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Brown v. City of Philadelphia

United States District Court, E.D. Pennsylvania

April 19, 2018

DAVID BROWN, Plaintiff,
v.
CITY OF PHILADELPHIA, et al., Defendants.

          MEMORANDUM

          GERALD J. PAPPERT, J.

         On March 15, 2018, the Court received from pro se Plaintiff David Brown a Motion for Leave to Proceed In Forma Pauperis and a Complaint pursuant to 42 U.S.C. § 1983, naming the City of Philadelphia, Mayor Jim Kenney, [1] Warden Miranda, former District Attorney Seth Williams, Police Commissioner Richard Ross, and Officers Michael McCafferty and Kolb[2] as Defendants. Brown used this Court's form complaint for prisoners filing a civil rights action pursuant to § 1983, and he listed his current place of confinement as the Philadelphia House of Correction. Accordingly, because it appeared that Brown was a prisoner when he filed his lawsuit, the Court denied his Motion for Leave to Proceed In Forma Pauperis without prejudice because he had not included a certified copy of his inmate account statement for the period from September 15, 2017 through March 15, 2018. (ECF No. 2.) The Court directed Brown to either pay the $400.00 filing fee or submit a copy of his inmate account statement within thirty (30) days. (Id.)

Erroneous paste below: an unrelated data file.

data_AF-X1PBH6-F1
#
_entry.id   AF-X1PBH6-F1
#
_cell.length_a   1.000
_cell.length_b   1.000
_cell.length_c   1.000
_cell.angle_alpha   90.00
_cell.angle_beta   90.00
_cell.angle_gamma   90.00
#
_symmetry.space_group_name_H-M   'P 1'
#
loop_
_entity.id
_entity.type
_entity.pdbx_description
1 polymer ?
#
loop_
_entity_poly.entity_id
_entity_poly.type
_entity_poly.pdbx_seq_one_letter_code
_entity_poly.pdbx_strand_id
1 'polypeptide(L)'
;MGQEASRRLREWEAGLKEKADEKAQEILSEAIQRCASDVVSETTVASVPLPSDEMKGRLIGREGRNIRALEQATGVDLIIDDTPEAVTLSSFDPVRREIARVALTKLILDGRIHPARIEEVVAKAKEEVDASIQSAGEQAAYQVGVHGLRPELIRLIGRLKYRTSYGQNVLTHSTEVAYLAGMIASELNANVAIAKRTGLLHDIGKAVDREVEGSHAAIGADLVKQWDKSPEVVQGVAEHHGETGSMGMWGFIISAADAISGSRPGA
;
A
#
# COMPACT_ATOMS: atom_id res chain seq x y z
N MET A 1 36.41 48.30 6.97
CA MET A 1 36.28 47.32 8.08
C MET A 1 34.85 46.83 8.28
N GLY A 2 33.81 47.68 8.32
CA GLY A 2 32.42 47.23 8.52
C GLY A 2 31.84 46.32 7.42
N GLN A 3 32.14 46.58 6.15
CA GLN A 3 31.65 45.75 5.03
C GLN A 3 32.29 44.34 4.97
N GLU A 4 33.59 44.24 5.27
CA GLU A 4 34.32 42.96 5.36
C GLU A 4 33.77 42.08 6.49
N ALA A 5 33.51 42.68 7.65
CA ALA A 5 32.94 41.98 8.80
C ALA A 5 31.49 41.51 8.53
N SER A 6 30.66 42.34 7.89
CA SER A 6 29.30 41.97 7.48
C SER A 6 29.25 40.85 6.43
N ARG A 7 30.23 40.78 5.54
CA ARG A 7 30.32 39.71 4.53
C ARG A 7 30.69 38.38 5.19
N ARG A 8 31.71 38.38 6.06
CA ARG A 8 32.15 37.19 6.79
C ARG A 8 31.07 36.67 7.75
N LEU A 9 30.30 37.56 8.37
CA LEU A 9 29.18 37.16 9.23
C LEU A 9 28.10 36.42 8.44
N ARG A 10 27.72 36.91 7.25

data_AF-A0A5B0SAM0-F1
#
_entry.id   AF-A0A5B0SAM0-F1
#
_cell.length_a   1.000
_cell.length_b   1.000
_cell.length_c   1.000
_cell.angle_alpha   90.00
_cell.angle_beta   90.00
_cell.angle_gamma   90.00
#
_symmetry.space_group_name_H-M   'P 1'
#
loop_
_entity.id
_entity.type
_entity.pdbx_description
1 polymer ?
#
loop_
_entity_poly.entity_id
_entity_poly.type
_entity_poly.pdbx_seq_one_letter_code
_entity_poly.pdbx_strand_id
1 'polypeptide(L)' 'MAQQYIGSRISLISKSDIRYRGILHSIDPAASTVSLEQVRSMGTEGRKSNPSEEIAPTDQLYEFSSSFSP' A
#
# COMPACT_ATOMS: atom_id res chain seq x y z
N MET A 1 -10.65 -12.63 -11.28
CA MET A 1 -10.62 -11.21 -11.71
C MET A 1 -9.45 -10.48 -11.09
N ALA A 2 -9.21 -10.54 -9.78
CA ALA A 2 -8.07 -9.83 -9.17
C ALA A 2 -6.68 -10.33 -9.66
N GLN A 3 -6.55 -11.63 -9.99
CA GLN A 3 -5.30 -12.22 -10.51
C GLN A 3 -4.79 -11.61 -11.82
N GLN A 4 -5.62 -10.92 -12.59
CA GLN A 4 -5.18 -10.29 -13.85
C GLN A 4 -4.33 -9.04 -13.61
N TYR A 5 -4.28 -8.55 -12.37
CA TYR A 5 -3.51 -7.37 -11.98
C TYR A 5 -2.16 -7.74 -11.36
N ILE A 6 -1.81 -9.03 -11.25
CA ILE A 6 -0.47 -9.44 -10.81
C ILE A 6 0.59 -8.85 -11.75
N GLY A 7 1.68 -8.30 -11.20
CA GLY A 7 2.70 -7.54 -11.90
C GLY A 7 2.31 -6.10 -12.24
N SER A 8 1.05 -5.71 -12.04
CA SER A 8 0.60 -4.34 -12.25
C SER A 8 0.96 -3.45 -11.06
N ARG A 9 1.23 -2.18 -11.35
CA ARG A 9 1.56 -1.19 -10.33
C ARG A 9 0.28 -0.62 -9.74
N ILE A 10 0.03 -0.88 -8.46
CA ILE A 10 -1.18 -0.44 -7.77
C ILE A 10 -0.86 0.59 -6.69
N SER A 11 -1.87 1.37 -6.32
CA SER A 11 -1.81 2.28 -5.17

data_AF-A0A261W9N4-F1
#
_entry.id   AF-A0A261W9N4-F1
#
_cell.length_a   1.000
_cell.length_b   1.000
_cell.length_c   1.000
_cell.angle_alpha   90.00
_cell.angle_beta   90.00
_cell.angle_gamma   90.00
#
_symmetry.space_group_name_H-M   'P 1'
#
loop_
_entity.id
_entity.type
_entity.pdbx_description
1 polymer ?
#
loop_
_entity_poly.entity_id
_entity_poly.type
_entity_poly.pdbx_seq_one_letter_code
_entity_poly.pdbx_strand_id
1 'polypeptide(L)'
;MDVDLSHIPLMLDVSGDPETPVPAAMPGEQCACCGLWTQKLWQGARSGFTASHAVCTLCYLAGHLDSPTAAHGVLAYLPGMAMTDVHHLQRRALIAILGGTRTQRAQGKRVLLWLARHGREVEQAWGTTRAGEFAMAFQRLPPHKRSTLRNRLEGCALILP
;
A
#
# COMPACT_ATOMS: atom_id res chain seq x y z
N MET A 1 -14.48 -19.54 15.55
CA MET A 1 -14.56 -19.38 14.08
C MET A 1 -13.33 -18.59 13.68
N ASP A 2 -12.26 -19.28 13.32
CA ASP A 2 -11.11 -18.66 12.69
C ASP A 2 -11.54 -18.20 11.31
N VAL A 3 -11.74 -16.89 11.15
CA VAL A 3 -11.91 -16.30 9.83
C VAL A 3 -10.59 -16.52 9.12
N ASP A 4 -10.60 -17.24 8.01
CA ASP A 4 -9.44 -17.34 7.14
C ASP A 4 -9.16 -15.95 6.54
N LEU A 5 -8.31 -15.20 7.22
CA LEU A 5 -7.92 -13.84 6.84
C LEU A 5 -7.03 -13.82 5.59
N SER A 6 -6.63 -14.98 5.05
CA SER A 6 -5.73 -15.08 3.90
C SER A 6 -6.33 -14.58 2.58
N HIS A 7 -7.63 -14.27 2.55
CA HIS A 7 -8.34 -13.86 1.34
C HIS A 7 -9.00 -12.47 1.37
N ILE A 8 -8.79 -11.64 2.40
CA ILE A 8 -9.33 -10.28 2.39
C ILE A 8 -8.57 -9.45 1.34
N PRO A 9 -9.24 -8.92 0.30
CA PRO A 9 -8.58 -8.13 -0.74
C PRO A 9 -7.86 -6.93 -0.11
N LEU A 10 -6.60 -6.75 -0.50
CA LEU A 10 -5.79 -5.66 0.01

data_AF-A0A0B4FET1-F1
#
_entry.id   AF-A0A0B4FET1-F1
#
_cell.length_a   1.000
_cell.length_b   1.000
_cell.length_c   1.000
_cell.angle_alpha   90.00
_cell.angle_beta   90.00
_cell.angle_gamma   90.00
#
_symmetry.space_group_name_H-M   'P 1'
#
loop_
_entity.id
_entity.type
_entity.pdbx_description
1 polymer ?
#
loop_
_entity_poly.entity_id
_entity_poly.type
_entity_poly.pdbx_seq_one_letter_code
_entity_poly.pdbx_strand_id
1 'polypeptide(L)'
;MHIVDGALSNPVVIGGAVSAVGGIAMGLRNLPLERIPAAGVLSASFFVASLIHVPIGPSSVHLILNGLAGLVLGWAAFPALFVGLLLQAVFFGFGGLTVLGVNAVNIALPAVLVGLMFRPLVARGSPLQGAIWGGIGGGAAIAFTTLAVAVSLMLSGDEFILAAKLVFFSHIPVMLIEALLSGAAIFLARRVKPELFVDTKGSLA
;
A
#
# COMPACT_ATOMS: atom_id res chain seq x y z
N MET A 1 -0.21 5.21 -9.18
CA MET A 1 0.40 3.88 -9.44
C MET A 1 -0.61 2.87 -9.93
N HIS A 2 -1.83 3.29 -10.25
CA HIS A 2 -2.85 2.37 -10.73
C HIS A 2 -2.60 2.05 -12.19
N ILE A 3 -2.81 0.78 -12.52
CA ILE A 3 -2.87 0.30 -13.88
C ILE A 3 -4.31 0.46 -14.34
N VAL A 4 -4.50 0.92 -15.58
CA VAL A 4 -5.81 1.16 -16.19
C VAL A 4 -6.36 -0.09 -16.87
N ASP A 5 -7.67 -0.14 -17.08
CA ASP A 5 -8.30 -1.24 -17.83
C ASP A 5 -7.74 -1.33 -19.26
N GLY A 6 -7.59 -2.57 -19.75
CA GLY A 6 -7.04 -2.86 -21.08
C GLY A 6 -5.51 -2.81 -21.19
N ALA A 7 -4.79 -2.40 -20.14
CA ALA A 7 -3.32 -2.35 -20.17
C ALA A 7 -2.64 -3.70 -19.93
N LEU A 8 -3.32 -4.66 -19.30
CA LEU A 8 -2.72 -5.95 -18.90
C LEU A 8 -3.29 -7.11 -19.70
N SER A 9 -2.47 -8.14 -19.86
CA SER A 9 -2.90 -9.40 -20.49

In response, Brown submitted a Motion for Appointment of Counsel (ECF No. 3), an Amended Complaint against the same Defendants (ECF No. 4), and a new Motion for Leave to Proceed In Forma Pauperis, using the Court's form application for non-prisoners (ECF No. 5). In these documents, Brown provided a new address indicating that he had been released. By Order entered on April 9, 2018, the Court informed Brown that, despite his release, the Prison Litigation Reform Act (“PLRA”) applied to this case because he was incarcerated at the time he filed it. (ECF No. 6.) The Court denied his new Motion for Leave to Proceed In Forma Pauperis without prejudice and directed Brown to either pay the $400.00 filing fee or submit a copy of his inmate account statement so that the Court could calculate a partial filing fee. (Id.)

         On April 13, 2018, the Court received a letter from Brown, in which he clarified that he could not produce an inmate account statement for the period from September 15, 2017 through March 15, 2018 because he was not an inmate at the time. (ECF No. 7.) Given this clarification, the Court will vacate its April 9, 2018 Order (ECF No. 6). The Court will also grant Brown leave to proceed in forma pauperis and will deem the Amended Complaint the operative pleading in this matter. Upon review of the Amended Complaint, the Court will dismiss Brown's claims against all Defendants except Officers McCafferty and Kolb, and allow him to proceed with his claims against those officers.